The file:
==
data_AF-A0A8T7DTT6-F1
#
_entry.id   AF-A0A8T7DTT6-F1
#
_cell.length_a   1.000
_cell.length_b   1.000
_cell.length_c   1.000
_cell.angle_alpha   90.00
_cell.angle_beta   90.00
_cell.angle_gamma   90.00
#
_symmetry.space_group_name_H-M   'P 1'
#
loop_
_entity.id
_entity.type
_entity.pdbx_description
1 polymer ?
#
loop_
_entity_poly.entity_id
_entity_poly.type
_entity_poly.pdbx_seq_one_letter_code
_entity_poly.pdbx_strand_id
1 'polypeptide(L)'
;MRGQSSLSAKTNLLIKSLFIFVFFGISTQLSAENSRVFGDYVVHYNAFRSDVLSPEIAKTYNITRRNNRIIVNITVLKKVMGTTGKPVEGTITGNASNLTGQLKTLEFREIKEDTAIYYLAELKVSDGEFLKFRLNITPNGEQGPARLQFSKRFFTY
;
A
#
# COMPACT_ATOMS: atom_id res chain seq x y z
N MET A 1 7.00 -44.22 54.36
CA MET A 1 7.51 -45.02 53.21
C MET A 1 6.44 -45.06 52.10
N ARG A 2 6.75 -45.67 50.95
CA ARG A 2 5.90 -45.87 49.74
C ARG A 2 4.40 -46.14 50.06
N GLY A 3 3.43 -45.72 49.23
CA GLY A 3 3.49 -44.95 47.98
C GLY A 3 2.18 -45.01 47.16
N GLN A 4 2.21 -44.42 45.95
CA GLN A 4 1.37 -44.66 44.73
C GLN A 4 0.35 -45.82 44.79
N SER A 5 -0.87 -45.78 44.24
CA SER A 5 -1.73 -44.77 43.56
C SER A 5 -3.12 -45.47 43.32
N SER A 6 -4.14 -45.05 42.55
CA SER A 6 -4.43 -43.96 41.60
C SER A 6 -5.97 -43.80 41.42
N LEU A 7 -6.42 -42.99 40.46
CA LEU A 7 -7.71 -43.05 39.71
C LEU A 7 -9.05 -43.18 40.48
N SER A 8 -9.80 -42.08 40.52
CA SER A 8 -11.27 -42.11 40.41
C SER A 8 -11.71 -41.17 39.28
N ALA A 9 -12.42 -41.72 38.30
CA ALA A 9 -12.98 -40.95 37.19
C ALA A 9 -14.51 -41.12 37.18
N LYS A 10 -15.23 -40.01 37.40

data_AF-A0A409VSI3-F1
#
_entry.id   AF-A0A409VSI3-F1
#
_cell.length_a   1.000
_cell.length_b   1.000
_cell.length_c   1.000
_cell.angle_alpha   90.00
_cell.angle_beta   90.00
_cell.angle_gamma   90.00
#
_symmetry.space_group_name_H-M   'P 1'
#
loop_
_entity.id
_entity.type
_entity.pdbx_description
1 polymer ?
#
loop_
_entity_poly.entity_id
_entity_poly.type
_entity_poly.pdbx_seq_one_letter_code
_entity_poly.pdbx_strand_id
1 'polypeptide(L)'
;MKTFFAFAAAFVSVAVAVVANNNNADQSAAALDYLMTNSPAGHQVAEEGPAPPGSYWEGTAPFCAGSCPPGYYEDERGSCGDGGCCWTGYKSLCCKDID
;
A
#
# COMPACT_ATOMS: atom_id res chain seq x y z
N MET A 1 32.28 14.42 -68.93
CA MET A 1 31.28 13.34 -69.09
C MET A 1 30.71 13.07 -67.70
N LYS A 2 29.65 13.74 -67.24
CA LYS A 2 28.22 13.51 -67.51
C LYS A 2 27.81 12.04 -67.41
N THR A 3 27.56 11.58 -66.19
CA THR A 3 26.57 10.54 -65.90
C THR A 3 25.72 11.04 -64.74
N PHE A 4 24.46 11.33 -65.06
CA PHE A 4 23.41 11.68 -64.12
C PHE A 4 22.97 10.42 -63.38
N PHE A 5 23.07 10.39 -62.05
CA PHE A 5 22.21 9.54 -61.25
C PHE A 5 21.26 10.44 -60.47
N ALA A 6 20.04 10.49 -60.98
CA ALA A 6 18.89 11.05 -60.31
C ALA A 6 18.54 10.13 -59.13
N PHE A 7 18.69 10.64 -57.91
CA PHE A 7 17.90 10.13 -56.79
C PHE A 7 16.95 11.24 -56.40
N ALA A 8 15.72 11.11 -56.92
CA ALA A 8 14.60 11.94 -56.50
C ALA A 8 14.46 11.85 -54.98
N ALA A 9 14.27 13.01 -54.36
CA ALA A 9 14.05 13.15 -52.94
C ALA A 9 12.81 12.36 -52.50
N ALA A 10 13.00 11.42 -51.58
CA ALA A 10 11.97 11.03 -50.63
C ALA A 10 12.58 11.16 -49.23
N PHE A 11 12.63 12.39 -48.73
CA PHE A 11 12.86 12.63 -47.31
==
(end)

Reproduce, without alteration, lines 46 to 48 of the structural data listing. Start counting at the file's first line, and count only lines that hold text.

N SER A 6 -4.14 -45.05 42.55
CA SER A 6 -4.43 -43.96 41.60
C SER A 6 -5.97 -43.80 41.42